of modernity, colonialism, the money economy, indigenous colonialism and then
the Nigerian Civil War, and that they had to adjust to these forces without
adequate preparation or direction, you will appreciate the bafflement of the
Ogoni people and the subsequent confusion engendered in the society…
…In a 15 year period from 1976-1991 there were reportedly 2, 976 oil
spills of about 2.1 million barrels of oil in Ogoniland, accounting for about
40% of the total oil spills of the Royal Dutch/Shell company worldwide. In an
assessment of over 200 locations in Ogoniland done by the United Nations
Enviornment Programme (UNEP), they found that the 50 years of oil production in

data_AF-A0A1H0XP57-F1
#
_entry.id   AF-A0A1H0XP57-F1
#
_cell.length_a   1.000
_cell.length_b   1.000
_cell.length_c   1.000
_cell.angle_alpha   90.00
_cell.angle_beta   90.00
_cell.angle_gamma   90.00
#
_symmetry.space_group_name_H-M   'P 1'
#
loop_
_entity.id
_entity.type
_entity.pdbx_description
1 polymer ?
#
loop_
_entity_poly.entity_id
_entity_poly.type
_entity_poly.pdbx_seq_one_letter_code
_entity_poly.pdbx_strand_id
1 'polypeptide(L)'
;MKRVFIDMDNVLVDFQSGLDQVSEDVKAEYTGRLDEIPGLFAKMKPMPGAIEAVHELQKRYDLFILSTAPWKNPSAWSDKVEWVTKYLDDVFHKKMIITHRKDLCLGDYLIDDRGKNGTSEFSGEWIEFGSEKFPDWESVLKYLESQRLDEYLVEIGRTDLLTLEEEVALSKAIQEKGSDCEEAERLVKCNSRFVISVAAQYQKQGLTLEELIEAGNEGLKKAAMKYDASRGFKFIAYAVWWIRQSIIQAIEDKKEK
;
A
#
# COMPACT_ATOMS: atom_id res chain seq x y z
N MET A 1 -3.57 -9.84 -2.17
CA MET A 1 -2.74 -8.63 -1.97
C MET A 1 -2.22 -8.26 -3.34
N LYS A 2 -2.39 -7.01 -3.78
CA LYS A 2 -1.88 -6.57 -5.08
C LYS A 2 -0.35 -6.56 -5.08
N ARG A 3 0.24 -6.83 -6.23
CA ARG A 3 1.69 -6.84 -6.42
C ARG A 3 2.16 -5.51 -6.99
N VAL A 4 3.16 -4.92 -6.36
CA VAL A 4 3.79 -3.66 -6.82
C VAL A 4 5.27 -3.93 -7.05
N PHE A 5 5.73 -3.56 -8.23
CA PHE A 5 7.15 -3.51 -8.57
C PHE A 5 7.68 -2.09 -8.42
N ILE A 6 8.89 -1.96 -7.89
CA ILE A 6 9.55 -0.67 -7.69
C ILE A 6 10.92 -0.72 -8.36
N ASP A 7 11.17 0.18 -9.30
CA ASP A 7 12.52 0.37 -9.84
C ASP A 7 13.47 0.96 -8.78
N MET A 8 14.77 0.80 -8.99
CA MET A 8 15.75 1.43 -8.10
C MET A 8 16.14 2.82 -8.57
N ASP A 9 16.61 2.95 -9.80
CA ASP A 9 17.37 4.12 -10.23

the region extended deeper than some may have predicted. Because of oil spills,
oil flaring, and waste discharge, the once alluvial soil of the Niger Delta is
no longer viable for agricultural use and attributes to wide spread land
degradation. Furthermore, in many areas which seemed to be unaffected,
groundwater tested to have high levels of hydrocarbons or were contaminated
with benzene, a carcinogen, at 900 levels above WHO guidelines.
They haven’t a prayer of winning of course and that both is and isn’t
the point. The point is not legal, as Royal Dutch Shell has shown itself to be
very skilled in the machinations of shell corporations (no pun intended), adept
at evading evidence of culpability in this environmental and human disaster.
They will win and if they don’t win they will appeal, which is merely another
form of winning. The point is the ethics
of inhabiting this planet, removing its resources and leaving total human and